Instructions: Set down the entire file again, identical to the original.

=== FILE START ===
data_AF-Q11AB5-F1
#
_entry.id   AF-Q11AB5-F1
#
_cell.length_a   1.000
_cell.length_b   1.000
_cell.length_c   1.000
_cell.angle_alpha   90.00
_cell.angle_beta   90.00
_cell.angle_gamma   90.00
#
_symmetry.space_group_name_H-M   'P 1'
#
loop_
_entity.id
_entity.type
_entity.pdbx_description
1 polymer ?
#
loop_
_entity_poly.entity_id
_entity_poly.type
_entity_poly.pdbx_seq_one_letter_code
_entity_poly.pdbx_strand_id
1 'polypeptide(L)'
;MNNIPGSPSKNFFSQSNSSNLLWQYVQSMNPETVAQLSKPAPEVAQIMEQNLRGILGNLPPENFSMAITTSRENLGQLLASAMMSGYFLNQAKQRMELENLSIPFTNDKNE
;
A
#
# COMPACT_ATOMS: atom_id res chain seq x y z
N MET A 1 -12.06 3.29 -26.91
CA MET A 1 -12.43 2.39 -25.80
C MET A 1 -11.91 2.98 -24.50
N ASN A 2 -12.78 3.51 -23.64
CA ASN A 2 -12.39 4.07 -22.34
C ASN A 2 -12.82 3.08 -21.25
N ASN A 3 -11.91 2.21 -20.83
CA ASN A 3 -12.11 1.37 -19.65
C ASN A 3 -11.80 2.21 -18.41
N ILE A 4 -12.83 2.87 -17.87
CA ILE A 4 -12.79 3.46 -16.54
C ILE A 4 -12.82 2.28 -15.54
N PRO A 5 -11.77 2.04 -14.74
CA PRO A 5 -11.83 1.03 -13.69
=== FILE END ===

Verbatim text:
data_AF-Q11AB5-F1
#
_entry.id   AF-Q11AB5-F1
#
_cell.length_a   1.000
_cell.length_b   1.000
_cell.length_c   1.000
_cell.angle_alpha   90.00
_cell.angle_beta   90.00
_cell.angle_gamma   90.00
#
_symmetry.space_group_name_H-M   'P 1'
#
loop_
_entity.id
_entity.type
_entity.pdbx_description
1 polymer ?
#
loop_
_entity_poly.entity_id
_entity_poly.type
_entity_poly.pdbx_seq_one_letter_code
_entity_poly.pdbx_strand_id
1 'polypeptide(L)'
;MNNIPGSPSKNFFSQSNSSNLLWQYVQSMNPETVAQLSKPAPEVAQIMEQNLRGILGNLPPENFSMAITTSRENLGQLLASAMMSGYFLNQAKQRMELENLSIPFTNDKNE
;
A
#
# COMPACT_ATOMS: atom_id res chain seq x y z
N MET A 1 -12.06 3.29 -26.91
CA MET A 1 -12.43 2.39 -25.80
C MET A 1 -11.91 2.98 -24.50
N ASN A 2 -12.78 3.51 -23.64
CA ASN A 2 -12.39 4.07 -22.34
C ASN A 2 -12.82 3.08 -21.25
N ASN A 3 -11.91 2.21 -20.83
CA ASN A 3 -12.11 1.37 -19.65
C ASN A 3 -11.80 2.21 -18.41
N ILE A 4 -12.83 2.87 -17.87
CA ILE A 4 -12.79 3.46 -16.54
C ILE A 4 -12.82 2.28 -15.54
N PRO A 5 -11.77 2.04 -14.74
CA PRO A 5 -11.83 1.03 -13.69